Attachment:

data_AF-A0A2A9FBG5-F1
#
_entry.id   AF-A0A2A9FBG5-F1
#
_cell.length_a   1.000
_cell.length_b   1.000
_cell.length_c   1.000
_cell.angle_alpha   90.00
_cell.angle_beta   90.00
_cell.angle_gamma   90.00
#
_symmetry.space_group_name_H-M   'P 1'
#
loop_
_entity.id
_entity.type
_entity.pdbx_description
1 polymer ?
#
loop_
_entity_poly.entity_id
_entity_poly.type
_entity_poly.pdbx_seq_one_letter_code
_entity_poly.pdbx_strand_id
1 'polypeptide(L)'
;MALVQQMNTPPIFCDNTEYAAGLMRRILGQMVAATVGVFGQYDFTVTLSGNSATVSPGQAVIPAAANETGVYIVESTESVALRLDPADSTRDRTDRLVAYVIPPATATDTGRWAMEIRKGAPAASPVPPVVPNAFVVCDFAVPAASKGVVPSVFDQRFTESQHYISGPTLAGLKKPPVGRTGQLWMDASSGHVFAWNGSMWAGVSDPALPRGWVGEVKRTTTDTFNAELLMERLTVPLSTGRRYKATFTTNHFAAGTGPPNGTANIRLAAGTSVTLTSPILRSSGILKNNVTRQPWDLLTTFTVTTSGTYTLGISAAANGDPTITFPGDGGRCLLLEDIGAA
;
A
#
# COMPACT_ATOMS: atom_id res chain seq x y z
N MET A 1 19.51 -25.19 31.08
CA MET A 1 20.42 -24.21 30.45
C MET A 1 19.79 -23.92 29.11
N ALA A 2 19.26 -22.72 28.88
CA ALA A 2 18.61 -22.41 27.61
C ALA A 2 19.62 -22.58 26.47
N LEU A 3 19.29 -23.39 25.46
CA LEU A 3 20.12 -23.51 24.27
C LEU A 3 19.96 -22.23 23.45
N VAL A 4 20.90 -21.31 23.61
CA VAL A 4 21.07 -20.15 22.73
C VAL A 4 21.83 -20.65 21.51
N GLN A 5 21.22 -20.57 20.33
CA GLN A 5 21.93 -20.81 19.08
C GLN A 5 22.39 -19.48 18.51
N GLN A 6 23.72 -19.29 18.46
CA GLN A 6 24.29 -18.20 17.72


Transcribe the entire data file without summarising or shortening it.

data_AF-A0A2A9FBG5-F1
#
_entry.id   AF-A0A2A9FBG5-F1
#
_cell.length_a   1.000
_cell.length_b   1.000
_cell.length_c   1.000
_cell.angle_alpha   90.00
_cell.angle_beta   90.00
_cell.angle_gamma   90.00
#
_symmetry.space_group_name_H-M   'P 1'
#
loop_
_entity.id
_entity.type
_entity.pdbx_description
1 polymer ?
#
loop_
_entity_poly.entity_id
_entity_poly.type
_entity_poly.pdbx_seq_one_letter_code
_entity_poly.pdbx_strand_id
1 'polypeptide(L)'
;MALVQQMNTPPIFCDNTEYAAGLMRRILGQMVAATVGVFGQYDFTVTLSGNSATVSPGQAVIPAAANETGVYIVESTESVALRLDPADSTRDRTDRLVAYVIPPATATDTGRWAMEIRKGAPAASPVPPVVPNAFVVCDFAVPAASKGVVPSVFDQRFTESQHYISGPTLAGLKKPPVGRTGQLWMDASSGHVFAWNGSMWAGVSDPALPRGWVGEVKRTTTDTFNAELLMERLTVPLSTGRRYKATFTTNHFAAGTGPPNGTANIRLAAGTSVTLTSPILRSSGILKNNVTRQPWDLLTTFTVTTSGTYTLGISAAANGDPTITFPGDGGRCLLLEDIGAA
;
A
#
# COMPACT_ATOMS: atom_id res chain seq x y z
N MET A 1 19.51 -25.19 31.08
CA MET A 1 20.42 -24.21 30.45
C MET A 1 19.79 -23.92 29.11
N ALA A 2 19.26 -22.72 28.88
CA ALA A 2 18.61 -22.41 27.61
C ALA A 2 19.62 -22.58 26.47
N LEU A 3 19.29 -23.39 25.46
CA LEU A 3 20.12 -23.51 24.27
C LEU A 3 19.96 -22.23 23.45
N VAL A 4 20.90 -21.31 23.61
CA VAL A 4 21.07 -20.15 22.73
C VAL A 4 21.83 -20.65 21.51
N GLN A 5 21.22 -20.57 20.33
CA GLN A 5 21.93 -20.81 19.08
C GLN A 5 22.39 -19.48 18.51
N GLN A 6 23.72 -19.29 18.46
CA GLN A 6 24.29 -18.20 17.72